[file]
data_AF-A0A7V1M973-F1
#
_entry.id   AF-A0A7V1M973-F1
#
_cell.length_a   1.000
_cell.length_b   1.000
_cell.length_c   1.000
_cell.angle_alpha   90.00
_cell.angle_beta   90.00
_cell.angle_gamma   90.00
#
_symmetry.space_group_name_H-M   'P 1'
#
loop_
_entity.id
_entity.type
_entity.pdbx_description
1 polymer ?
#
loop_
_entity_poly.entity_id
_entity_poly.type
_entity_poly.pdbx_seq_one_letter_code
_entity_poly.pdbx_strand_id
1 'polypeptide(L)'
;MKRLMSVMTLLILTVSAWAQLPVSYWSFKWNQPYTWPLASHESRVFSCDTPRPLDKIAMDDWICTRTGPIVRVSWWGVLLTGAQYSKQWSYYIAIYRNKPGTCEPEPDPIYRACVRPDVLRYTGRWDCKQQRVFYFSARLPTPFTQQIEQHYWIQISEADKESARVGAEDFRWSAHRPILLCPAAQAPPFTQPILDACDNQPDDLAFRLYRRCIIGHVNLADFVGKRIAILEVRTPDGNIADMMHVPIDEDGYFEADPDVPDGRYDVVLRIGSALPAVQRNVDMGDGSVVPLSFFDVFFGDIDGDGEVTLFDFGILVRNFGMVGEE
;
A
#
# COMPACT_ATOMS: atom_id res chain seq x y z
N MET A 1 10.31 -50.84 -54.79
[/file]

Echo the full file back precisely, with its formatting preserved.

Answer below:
data_AF-A0A7V1M973-F1
#
_entry.id   AF-A0A7V1M973-F1
#
_cell.length_a   1.000
_cell.length_b   1.000
_cell.length_c   1.000
_cell.angle_alpha   90.00
_cell.angle_beta   90.00
_cell.angle_gamma   90.00
#
_symmetry.space_group_name_H-M   'P 1'
#
loop_
_entity.id
_entity.type
_entity.pdbx_description
1 polymer ?
#
loop_
_entity_poly.entity_id
_entity_poly.type
_entity_poly.pdbx_seq_one_letter_code
_entity_poly.pdbx_strand_id
1 'polypeptide(L)'
;MKRLMSVMTLLILTVSAWAQLPVSYWSFKWNQPYTWPLASHESRVFSCDTPRPLDKIAMDDWICTRTGPIVRVSWWGVLLTGAQYSKQWSYYIAIYRNKPGTCEPEPDPIYRACVRPDVLRYTGRWDCKQQRVFYFSARLPTPFTQQIEQHYWIQISEADKESARVGAEDFRWSAHRPILLCPAAQAPPFTQPILDACDNQPDDLAFRLYRRCIIGHVNLADFVGKRIAILEVRTPDGNIADMMHVPIDEDGYFEADPDVPDGRYDVVLRIGSALPAVQRNVDMGDGSVVPLSFFDVFFGDIDGDGEVTLFDFGILVRNFGMVGEE
;
A
#
# COMPACT_ATOMS: atom_id res chain seq x y z
N MET A 1 10.31 -50.84 -54.79